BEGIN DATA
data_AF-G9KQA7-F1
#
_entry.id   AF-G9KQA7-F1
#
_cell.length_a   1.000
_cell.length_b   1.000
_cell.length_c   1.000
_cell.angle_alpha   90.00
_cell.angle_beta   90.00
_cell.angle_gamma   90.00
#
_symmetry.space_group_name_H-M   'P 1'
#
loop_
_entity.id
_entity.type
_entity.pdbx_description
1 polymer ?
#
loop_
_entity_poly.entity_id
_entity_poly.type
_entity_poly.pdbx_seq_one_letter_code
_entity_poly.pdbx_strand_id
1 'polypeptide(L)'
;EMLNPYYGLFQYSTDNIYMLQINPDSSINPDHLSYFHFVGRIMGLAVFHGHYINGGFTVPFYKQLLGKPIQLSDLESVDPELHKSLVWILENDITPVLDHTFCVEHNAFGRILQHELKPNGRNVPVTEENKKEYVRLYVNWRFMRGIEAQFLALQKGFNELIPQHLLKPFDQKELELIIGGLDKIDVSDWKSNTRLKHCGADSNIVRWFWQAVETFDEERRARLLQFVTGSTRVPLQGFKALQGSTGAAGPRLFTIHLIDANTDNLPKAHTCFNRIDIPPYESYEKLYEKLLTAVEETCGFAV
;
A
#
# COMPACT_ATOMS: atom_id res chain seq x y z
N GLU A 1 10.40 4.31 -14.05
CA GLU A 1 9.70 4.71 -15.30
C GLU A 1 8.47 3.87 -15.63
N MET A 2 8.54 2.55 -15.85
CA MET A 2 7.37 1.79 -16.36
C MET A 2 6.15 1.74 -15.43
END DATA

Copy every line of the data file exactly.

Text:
data_AF-G9KQA7-F1
#
_entry.id   AF-G9KQA7-F1
#
_cell.length_a   1.000
_cell.length_b   1.000
_cell.length_c   1.000
_cell.angle_alpha   90.00
_cell.angle_beta   90.00
_cell.angle_gamma   90.00
#
_symmetry.space_group_name_H-M   'P 1'
#
loop_
_entity.id
_entity.type
_entity.pdbx_description
1 polymer ?
#
loop_
_entity_poly.entity_id
_entity_poly.type
_entity_poly.pdbx_seq_one_letter_code
_entity_poly.pdbx_strand_id
1 'polypeptide(L)'
;EMLNPYYGLFQYSTDNIYMLQINPDSSINPDHLSYFHFVGRIMGLAVFHGHYINGGFTVPFYKQLLGKPIQLSDLESVDPELHKSLVWILENDITPVLDHTFCVEHNAFGRILQHELKPNGRNVPVTEENKKEYVRLYVNWRFMRGIEAQFLALQKGFNELIPQHLLKPFDQKELELIIGGLDKIDVSDWKSNTRLKHCGADSNIVRWFWQAVETFDEERRARLLQFVTGSTRVPLQGFKALQGSTGAAGPRLFTIHLIDANTDNLPKAHTCFNRIDIPPYESYEKLYEKLLTAVEETCGFAV
;
A
#
# COMPACT_ATOMS: atom_id res chain seq x y z
N GLU A 1 10.40 4.31 -14.05
CA GLU A 1 9.70 4.71 -15.30
C GLU A 1 8.47 3.87 -15.63
N MET A 2 8.54 2.55 -15.85
CA MET A 2 7.37 1.79 -16.36
C MET A 2 6.15 1.74 -15.43